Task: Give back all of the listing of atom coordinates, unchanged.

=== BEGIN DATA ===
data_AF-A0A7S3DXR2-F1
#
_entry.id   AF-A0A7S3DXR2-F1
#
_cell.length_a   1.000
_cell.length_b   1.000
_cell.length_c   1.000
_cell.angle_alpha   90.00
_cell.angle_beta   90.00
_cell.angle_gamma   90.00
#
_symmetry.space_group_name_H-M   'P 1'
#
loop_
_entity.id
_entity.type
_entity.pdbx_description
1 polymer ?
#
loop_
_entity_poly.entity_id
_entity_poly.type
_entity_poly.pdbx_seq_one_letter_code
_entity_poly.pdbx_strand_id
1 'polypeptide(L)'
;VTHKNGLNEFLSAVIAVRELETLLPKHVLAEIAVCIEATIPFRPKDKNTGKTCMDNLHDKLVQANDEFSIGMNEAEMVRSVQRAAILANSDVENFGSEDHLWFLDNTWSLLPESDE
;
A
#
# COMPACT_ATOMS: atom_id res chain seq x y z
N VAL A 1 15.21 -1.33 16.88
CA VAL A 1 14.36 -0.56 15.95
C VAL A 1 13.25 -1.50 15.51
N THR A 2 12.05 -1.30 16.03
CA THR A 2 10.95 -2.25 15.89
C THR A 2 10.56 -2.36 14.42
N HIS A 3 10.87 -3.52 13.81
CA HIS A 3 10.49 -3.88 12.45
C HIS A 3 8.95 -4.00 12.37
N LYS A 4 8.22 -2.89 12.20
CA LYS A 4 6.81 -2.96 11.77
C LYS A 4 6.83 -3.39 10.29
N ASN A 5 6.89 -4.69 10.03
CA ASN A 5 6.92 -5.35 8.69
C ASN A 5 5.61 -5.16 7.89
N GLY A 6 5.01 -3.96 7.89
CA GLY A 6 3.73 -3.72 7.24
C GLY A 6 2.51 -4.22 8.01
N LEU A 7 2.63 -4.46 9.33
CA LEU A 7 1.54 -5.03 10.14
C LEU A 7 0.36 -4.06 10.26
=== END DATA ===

data_AF-A0A7S3DXR2-F1
#
_entry.id   AF-A0A7S3DXR2-F1
#
_cell.length_a   1.000
_cell.length_b   1.000
_cell.length_c   1.000
_cell.angle_alpha   90.00
_cell.angle_beta   90.00
_cell.angle_gamma   90.00
#
_symmetry.space_group_name_H-M   'P 1'
#
loop_
_entity.id
_entity.type
_entity.pdbx_description
1 polymer ?
#
loop_
_entity_poly.entity_id
_entity_poly.type
_entity_poly.pdbx_seq_one_letter_code
_entity_poly.pdbx_strand_id
1 'polypeptide(L)'
;VTHKNGLNEFLSAVIAVRELETLLPKHVLAEIAVCIEATIPFRPKDKNTGKTCMDNLHDKLVQANDEFSIGMNEAEMVRSVQRAAILANSDVENFGSEDHLWFLDNTWSLLPESDE
;
A
#
# COMPACT_ATOMS: atom_id res chain seq x y z
N VAL A 1 15.21 -1.33 16.88
CA VAL A 1 14.36 -0.56 15.95
C VAL A 1 13.25 -1.50 15.51
N THR A 2 12.05 -1.30 16.03
CA THR A 2 10.95 -2.25 15.89
C THR A 2 10.56 -2.36 14.42
N HIS A 3 10.87 -3.52 13.81
CA HIS A 3 10.49 -3.88 12.45
C HIS A 3 8.95 -4.00 12.37
N LYS A 4 8.22 -2.89 12.20
CA LYS A 4 6.81 -2.96 11.77
C LYS A 4 6.83 -3.39 10.29
N ASN A 5 6.89 -4.69 10.03
CA ASN A 5 6.92 -5.35 8.69
C ASN A 5 5.61 -5.16 7.89
N GLY A 6 5.01 -3.96 7.89
CA GLY A 6 3.73 -3.72 7.24
C GLY A 6 2.51 -4.22 8.01
N LEU A 7 2.63 -4.46 9.33
CA LEU A 7 1.54 -5.03 10.14
C LEU A 7 0.36 -4.06 10.26